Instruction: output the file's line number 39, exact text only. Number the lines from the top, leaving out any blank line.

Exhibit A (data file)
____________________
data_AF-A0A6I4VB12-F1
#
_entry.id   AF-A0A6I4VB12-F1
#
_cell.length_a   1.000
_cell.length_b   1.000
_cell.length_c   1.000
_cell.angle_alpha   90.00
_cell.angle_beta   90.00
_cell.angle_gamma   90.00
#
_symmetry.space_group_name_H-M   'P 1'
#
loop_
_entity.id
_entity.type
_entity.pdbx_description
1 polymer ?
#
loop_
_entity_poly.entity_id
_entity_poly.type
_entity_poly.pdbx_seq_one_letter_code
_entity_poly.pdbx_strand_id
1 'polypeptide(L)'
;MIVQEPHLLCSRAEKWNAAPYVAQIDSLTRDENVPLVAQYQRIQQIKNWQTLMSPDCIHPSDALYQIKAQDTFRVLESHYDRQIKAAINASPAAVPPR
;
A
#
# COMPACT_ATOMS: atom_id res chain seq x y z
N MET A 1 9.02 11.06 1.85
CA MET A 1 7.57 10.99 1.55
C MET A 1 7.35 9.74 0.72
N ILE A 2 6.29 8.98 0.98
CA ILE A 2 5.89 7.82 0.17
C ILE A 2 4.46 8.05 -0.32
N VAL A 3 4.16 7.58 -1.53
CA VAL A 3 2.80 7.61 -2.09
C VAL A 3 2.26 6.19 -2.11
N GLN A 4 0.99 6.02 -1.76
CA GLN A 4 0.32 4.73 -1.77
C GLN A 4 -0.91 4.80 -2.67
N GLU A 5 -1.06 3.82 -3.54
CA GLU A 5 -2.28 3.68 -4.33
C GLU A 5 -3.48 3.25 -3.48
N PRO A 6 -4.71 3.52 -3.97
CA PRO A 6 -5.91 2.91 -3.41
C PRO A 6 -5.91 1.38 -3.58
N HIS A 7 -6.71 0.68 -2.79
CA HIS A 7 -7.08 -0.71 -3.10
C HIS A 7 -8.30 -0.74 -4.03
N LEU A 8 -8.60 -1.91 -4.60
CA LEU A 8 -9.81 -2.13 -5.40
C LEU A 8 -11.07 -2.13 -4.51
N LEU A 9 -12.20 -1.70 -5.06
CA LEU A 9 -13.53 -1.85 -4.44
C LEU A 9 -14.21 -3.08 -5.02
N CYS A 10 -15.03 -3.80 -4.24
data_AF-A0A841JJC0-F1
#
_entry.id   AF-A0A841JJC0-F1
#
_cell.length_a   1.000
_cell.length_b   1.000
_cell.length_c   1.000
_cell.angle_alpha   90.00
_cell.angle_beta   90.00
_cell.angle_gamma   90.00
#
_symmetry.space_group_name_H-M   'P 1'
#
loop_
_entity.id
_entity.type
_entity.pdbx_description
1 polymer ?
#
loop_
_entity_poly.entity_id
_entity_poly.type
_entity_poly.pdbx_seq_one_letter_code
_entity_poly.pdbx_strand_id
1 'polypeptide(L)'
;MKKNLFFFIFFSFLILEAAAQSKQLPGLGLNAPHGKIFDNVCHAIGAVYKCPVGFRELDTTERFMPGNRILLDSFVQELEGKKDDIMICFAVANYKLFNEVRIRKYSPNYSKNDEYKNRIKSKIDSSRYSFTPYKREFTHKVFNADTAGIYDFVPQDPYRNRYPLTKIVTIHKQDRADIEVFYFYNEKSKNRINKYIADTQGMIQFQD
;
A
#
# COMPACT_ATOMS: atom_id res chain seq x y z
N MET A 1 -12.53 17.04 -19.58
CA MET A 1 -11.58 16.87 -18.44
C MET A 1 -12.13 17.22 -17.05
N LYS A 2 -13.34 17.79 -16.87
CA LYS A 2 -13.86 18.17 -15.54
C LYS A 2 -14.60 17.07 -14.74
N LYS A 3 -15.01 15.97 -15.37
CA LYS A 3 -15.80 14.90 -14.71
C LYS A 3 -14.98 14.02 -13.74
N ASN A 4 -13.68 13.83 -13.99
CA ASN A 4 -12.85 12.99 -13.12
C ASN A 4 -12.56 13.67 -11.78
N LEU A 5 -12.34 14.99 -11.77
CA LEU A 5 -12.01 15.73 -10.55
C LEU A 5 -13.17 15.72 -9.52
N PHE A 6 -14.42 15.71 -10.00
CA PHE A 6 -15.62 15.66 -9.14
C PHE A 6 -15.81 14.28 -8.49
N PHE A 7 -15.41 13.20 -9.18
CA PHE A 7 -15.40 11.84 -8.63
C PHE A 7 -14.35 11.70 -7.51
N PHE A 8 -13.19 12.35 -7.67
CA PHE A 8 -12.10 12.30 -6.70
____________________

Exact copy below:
C VAL A 3 2.26 6.19 -2.11